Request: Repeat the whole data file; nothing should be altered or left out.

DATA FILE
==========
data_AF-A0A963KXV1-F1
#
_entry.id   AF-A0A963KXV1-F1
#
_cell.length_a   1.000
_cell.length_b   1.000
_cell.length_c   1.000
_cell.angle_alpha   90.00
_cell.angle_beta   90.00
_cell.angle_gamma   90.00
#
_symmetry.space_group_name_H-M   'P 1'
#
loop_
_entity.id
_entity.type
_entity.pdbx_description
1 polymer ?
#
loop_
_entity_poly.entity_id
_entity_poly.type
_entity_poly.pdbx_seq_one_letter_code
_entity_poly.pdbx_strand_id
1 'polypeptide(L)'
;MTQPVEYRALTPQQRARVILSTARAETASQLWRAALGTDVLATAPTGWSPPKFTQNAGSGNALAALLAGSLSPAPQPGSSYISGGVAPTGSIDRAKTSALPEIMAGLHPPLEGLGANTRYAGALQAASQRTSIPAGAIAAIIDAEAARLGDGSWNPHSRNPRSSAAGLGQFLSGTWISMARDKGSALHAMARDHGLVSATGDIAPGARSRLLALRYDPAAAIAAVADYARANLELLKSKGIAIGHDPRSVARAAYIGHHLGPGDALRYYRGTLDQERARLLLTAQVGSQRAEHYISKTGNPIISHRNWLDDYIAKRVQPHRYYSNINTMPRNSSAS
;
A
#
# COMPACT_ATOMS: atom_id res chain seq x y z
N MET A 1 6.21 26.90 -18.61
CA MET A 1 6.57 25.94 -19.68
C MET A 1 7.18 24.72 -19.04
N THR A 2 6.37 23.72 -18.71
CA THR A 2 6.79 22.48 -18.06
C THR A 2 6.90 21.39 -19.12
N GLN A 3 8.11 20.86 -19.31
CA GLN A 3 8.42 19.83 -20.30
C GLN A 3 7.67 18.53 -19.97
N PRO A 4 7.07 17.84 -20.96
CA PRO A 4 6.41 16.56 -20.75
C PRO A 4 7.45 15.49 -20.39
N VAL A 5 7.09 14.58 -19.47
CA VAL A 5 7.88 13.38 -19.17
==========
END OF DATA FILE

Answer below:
data_AF-A0A963KXV1-F1
#
_entry.id   AF-A0A963KXV1-F1
#
_cell.length_a   1.000
_cell.length_b   1.000
_cell.length_c   1.000
_cell.angle_alpha   90.00
_cell.angle_beta   90.00
_cell.angle_gamma   90.00
#
_symmetry.space_group_name_H-M   'P 1'
#
loop_
_entity.id
_entity.type
_entity.pdbx_description
1 polymer ?
#
loop_
_entity_poly.entity_id
_entity_poly.type
_entity_poly.pdbx_seq_one_letter_code
_entity_poly.pdbx_strand_id
1 'polypeptide(L)'
;MTQPVEYRALTPQQRARVILSTARAETASQLWRAALGTDVLATAPTGWSPPKFTQNAGSGNALAALLAGSLSPAPQPGSSYISGGVAPTGSIDRAKTSALPEIMAGLHPPLEGLGANTRYAGALQAASQRTSIPAGAIAAIIDAEAARLGDGSWNPHSRNPRSSAAGLGQFLSGTWISMARDKGSALHAMARDHGLVSATGDIAPGARSRLLALRYDPAAAIAAVADYARANLELLKSKGIAIGHDPRSVARAAYIGHHLGPGDALRYYRGTLDQERARLLLTAQVGSQRAEHYISKTGNPIISHRNWLDDYIAKRVQPHRYYSNINTMPRNSSAS
;
A
#
# COMPACT_ATOMS: atom_id res chain seq x y z
N MET A 1 6.21 26.90 -18.61
CA MET A 1 6.57 25.94 -19.68
C MET A 1 7.18 24.72 -19.04
N THR A 2 6.37 23.72 -18.71
CA THR A 2 6.79 22.48 -18.06
C THR A 2 6.90 21.39 -19.12
N GLN A 3 8.11 20.86 -19.31
CA GLN A 3 8.42 19.83 -20.30
C GLN A 3 7.67 18.53 -19.97
N PRO A 4 7.07 17.84 -20.96
CA PRO A 4 6.41 16.56 -20.75
C PRO A 4 7.45 15.49 -20.39
N VAL A 5 7.09 14.58 -19.47
CA VAL A 5 7.88 13.38 -19.17